Roland de LASSUS (c.1531-1594)
Biographie Musicale Volume IV: La viellesse
Track listing after review
Odhecaton/Paolo da Col
rec. Chiesa di S. Pietro, Belluno, Italy, April 2014. DDD
Texts and translations included in hardback presentation
MUSIQUE EN WALLONIE MEW1474 [73:54] – reviewed as 24-bit download
(also available in mp3 and 16-bit, all with pdf booklet)
Biographie Musicale Volume V: Lassus l’Européen
Track listing after review
Vox Luminis/Lionel Meunier
rec. Église de Franc-Warêt, Belgium, February and May 2015. DDD
Texts and translations included in hardback presentation
MUSIQUE EN WALLONIE MEW1579 [60:40]
These are the fourth and the fifth and final volume
in Musique en Wallonie’s (hereafter MEW) survey of the life and music
of Lassus. I have used MEW’s preferred version of his name, though
he may be better known to you as Orlande, Orlandus or Orlando de Lasse
or di Lasso.
I reviewed two of the earlier volumes in the series:
– Volume 1: MEW1158 Années de jeunesse – Ludus Modalis:
– Volume 2: MEW1268 La gloire de la Musique de Bavarie
(I) – Singer Pur:
Download News 2013/12 and more detailed review.
Both of these volumes are better suited to those who already know much
of Lassus’ music than to those getting to know it for the first time.
Johan van Veen reviewed
Volume 3: MEW1369 La gloire de la Musique de Bavarie (II) – performances
by the Egidius Quartet and College/Peter de Groot. His only complaint,
relating to the very small type in the booklet, is relevant to Volume
5 too. Eclassical.com offer the booklet for Volume 4 as a pdf document,
as do Qobuz for Volume 5, so it’s possible to enlarge it and make it
The fourth volume (MEW1474) covers the last period of Lassus’ prodigious
activity as choirmaster of Albert V Duke of Bavaria, with whom he had
a difficult relationship, Albert’s death in 1579 and Lassus’ time in
the service of his son William, ending with the composer’s death in
1594. An illustration in the booklet shows a list of ducal employees
from that year, with Lassus’ name crossed out. Old age and disease
had barely interrupted a long list of masterpieces.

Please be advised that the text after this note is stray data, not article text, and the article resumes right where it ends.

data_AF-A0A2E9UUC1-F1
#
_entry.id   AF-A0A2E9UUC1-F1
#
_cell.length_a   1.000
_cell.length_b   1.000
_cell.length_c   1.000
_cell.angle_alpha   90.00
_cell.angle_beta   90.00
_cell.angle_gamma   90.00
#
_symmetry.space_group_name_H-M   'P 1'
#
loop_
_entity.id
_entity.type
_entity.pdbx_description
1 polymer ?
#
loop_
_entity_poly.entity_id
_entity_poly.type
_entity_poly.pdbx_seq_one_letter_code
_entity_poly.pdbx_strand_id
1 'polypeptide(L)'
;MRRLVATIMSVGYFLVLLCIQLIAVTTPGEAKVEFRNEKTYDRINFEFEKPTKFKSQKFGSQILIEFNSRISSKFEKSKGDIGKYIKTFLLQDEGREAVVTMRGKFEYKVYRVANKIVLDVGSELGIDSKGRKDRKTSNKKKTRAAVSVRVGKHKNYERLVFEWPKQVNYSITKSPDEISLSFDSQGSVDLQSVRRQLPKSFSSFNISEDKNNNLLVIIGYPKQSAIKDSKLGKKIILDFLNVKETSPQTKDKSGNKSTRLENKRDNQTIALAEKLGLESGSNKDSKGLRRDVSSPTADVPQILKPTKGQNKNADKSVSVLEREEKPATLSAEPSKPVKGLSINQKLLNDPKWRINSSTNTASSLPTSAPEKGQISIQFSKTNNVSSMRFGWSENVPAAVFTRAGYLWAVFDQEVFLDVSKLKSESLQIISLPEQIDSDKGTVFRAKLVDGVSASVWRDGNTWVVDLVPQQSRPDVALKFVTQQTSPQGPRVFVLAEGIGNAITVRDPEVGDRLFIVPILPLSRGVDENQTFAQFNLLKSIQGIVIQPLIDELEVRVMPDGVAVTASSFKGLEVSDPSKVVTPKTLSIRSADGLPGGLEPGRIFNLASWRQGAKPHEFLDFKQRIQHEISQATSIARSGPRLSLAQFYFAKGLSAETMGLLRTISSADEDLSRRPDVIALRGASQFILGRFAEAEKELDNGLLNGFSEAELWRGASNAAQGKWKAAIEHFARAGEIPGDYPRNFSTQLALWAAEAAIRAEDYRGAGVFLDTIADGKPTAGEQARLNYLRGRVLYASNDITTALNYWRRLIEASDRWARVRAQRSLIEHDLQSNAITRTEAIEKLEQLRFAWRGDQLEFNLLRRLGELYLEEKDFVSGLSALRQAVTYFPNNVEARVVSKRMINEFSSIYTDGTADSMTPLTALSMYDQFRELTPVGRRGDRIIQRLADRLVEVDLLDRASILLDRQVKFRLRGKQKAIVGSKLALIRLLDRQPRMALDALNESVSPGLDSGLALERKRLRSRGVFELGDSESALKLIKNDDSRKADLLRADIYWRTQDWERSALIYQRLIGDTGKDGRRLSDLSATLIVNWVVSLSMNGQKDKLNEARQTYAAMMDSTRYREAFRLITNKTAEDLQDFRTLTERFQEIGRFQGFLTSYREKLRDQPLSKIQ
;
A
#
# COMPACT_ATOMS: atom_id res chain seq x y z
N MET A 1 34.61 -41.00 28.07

Each recording in the series has been entrusted to a different ensemble.
All have been well worth hearing but this volume, from Odhecaton, is
the best so far. That’s not surprising, since Johan van Veen made their
Monteverdi album Missa In illo tempore a Recording of the Month
(RIC322 – review).
Robert Hugill also enjoyed that recording, though he mentioned that
one of the counter-tenors was rather prominent. That’s true of their
performances of Lassus, too, though it didn’t trouble me – that’s the
line to stress, if any.
The programme opens with the 5-part madrigal which Lassus composed for
the accession of William, followed by the major work on the album, theMissa
ad imitationem moduli Dixit Joseph. This apparently antedates Lassus’
final period of composition, being developed from Lassus’ own Dixit
Joseph undecim fratribus eius (pub. 1564), but it’s included as
an example of the Masses which he composed in greater numbers after
the accession of William who heaped upon him commissions for liturgical
It’s not one of Lassus’ better-known settings, but its inclusion here
is all the more valuable for that because there are several very fine
performances of some of his other Masses from The Sixteen (Coro), the
Oxford Schola Cantorum (Naxos), Westminster Cathedral Choir (Hyperion,
archive service or download) and The Tallis Scholars (Gimell). The
Missa Dixit Joseph receives a very good performance – one which
should establish it in the repertoire alongside the other recorded Masses
– and my only reservation is that I would have preferred to have had
the motet which inspired it performed first rather than afterwards.
Though most of the music here is sacred, there are a few secular pieces
and these, too, receive fine performances, Odhecaton adapting their
style easily to the jolly style of a piece such as Tutto lo dì mi
dici (track 10) – ‘All day long you keep telling me to sing without
giving me a chance to breathe. I’d rather play.’ Perhaps the thoughts
of an overworked composer, but all done in good spirit.
There is only one other work by Lassus’ elder son Rudolph in the current
catalogue: Regina cœli on a Berlin Classics album entitled Ave
Maria (0016412BC). The short Urtheil mich Herr (Judge me,
Lord) on MEW1474 is hardly enough to form a judgement but it makes me
hope that someone will oblige us with more of his music.
The collection concludes with the motet Musica Dei donum optimi,
an exception made to the principle of including music published in the
composer’s lifetime. Published shortly after Lassus’ death, it’s a wonderful
example of why his music is one of the glories of the renaissance.
When the MEW recording of the Missa Dixit Joseph was released
it was briefly the only version in the catalogue but, as is often the
way, another very fine recording soon followed, from Cinquecento Renaissance
Vokal on Hyperion CDA68064, which Stephen Greenbank thought that lovers
of polyphony should not hesitate to acquire – review.
I listened to that as a 24/88.2 flac download, with pdf booklet, from
where it’s also available on CD and in mp3 and alac. Though released
after the MEW, it was actually recorded slightly earlier.
Cinquecento follow their previous recording of Lassus, just one track
on their album entitled Music at the Court of Maximilian II (Hyperion
CDA67579 – review),
with a whole programme devoted to his music – not just the familiar,
such as the concluding motet Timor et Tremor – available as a
download – but the less familiar motet and Mass Dixit Joseph.
This is their ninth recording for Hyperion, all well received: you
can find them all on the website.